The projects were all on very fast tracks to approval by the Canadian Nuclear Safety Commission (CNSC), the sole body responsible for all things nuclear in Canada including environmental assessment. Due to the huge number of concerns raised as part of the environmental assessments for the projects, they are behind schedule while the CNSC and proponent CNL work behind closed doors to try to make all the problems, gaps and substantive concerns go away or at least be shown to be able to be “mitigated”.

There are no fixed timelines at the moment. The CNSC has stated that there will not be a licensing hearing before the end of 2018.

It is a serious problem that the sole body responsible for the decisions on these projects is the Canadian Nuclear Safety Commission. The CNSC is widely seen as a “captured regulator” that puts the needs and interests of the nuclear industry ahead of protecting public health and the environment. The CNSC prides itself on being independent and its decisions not being subject to parliamentary review.

Why doesn’t the government stop the projects?

The previous Conservative government brought in the GoCo model in 2015 and hired the current consortium under a 10-year contract. The contract specifically directed them to bring in cheap and quick solutions.

Unfortunately, government officials generally seem unconcerned and happy to let the process run its course. There is much unwarranted trust in the CNSC among elected officials and their staff who delegate and defer to the CNSC on all nuclear related topics.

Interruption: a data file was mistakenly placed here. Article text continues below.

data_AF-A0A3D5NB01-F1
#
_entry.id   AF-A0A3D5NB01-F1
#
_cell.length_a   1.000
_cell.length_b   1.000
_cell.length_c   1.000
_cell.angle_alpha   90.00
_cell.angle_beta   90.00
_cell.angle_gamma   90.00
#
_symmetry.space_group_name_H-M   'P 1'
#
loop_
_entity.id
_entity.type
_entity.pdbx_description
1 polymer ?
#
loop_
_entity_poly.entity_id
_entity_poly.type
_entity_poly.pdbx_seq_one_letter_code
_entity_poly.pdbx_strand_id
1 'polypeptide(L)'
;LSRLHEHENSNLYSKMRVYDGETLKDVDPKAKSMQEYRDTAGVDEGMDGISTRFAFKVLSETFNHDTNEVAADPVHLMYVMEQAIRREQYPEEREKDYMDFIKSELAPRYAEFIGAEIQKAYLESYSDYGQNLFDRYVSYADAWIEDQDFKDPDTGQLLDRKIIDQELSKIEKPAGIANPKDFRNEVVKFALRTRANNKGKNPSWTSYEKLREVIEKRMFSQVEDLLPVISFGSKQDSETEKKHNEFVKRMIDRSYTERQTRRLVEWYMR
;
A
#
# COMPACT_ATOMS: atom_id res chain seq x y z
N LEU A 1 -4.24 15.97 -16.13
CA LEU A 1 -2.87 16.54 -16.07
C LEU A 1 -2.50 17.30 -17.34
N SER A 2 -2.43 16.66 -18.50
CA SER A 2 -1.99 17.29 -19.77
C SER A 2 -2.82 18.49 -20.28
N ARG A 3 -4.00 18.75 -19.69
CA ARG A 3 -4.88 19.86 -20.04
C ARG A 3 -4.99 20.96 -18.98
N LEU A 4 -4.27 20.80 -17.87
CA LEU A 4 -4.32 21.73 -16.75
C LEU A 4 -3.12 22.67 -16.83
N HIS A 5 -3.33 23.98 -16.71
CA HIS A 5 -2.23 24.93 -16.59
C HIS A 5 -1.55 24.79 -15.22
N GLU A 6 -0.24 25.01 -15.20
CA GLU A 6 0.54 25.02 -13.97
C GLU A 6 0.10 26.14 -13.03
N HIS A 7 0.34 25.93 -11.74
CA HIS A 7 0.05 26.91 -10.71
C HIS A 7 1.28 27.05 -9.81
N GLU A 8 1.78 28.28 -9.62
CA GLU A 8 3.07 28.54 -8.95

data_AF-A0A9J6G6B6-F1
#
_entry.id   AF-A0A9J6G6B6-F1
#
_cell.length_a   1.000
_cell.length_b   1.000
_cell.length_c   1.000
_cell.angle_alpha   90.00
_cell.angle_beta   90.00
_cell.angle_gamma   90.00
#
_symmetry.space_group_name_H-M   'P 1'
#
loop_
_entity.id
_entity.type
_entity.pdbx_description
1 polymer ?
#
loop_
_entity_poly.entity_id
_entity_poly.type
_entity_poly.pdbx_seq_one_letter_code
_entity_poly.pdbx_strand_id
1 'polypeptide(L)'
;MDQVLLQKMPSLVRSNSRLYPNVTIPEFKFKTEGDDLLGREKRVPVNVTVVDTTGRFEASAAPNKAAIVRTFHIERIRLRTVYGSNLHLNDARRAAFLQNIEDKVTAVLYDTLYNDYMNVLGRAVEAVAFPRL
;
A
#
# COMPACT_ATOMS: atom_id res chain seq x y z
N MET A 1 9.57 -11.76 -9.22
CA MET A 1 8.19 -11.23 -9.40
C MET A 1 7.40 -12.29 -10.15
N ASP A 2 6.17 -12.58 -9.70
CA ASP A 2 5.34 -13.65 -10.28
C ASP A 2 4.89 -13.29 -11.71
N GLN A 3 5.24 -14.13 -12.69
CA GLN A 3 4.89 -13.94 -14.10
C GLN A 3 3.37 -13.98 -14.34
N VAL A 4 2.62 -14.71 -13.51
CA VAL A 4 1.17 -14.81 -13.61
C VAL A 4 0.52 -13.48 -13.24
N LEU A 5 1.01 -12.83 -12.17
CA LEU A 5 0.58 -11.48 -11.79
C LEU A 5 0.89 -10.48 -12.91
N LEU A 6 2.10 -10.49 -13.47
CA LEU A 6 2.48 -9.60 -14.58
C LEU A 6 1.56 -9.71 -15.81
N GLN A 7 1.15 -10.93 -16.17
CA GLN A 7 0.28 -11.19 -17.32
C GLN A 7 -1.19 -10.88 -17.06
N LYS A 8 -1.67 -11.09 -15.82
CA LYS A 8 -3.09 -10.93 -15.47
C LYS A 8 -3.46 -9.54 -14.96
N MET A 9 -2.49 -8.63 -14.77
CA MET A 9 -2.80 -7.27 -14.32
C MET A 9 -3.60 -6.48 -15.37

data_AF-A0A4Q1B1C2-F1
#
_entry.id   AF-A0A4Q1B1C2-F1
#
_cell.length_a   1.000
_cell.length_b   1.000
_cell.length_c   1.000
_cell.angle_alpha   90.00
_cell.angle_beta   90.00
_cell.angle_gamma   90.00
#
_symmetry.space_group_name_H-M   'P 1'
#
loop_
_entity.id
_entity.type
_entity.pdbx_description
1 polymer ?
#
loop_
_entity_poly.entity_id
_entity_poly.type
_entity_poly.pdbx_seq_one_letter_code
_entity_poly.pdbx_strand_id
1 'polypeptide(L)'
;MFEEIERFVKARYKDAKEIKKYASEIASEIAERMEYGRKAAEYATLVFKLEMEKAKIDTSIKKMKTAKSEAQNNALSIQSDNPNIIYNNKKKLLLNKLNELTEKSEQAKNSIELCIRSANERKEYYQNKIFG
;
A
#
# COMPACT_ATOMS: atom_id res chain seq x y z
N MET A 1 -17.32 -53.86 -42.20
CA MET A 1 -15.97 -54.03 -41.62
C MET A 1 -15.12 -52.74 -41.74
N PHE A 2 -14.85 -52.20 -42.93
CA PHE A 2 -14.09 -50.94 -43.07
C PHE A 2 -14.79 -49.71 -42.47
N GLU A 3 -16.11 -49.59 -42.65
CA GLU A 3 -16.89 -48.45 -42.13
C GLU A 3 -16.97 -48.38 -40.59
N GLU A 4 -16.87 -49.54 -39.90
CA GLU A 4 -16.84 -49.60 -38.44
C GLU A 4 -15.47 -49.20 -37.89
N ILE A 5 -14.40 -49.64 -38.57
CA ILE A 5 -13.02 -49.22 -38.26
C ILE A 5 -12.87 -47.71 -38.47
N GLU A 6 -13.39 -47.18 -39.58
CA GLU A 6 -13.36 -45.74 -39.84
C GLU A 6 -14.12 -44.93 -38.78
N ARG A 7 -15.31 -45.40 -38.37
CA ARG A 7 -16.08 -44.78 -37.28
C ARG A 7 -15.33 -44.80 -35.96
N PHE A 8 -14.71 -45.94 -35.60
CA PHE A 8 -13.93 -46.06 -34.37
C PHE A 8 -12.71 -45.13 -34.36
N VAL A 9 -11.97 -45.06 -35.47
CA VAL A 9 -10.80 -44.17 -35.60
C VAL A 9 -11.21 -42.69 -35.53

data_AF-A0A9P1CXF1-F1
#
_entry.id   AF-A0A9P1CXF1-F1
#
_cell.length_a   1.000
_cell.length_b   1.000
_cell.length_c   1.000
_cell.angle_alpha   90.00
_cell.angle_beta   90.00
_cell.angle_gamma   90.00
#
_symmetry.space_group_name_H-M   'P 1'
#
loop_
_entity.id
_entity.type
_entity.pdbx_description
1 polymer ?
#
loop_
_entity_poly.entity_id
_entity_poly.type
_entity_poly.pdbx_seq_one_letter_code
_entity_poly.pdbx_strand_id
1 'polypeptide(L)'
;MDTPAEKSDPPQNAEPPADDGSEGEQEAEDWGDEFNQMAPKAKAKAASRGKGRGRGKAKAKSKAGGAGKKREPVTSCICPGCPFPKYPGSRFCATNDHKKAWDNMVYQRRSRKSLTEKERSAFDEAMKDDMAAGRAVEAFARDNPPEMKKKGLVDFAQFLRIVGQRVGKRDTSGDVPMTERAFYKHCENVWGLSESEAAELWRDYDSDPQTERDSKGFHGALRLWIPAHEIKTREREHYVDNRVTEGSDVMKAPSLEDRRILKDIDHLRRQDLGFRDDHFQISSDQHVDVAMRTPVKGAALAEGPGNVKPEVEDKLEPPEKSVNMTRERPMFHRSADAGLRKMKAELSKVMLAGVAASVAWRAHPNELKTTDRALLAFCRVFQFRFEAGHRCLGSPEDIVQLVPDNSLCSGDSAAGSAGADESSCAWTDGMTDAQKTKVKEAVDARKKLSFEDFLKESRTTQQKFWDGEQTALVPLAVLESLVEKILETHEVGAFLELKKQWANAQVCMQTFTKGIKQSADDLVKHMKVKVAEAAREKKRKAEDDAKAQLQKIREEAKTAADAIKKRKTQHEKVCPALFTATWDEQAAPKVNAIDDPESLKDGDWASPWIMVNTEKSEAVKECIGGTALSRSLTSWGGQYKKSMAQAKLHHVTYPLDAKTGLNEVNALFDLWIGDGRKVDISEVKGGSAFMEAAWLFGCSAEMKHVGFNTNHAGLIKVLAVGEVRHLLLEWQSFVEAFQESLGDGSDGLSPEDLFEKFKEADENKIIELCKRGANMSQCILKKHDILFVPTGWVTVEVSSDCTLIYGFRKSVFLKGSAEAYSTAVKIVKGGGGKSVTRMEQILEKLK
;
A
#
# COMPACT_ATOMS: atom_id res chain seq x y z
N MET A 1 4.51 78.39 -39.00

What can I do?

You can take action by writing to your federal, provincial, and municipal representatives about the danger of the Chalk River and Rolphton nuclear waste proposals and urging them to take action against these plans.

Ecology Ottawa is also raising awareness and demanding action against these dangerous plans with our all-candidates municipal election survey. Find out if your candidates are committed to protecting the Ottawa River and Ottawa citizens here. If the candidates for your ward haven’t answered our survey yet, you can take action by contacting them directly and asking them to answer it and to stand against these proposals.

More information can be found at here, courtesy of Concerned Citizens:

Ten Things Canadians need to know about the Chalk River Radioactive Mega-dump

Ten MORE things Canadians should know about the Chalk River radioactive mega-dump 

Nine quick facts about the NPD reactor “entombment”

This article is based on material provided by Concerned Citizens.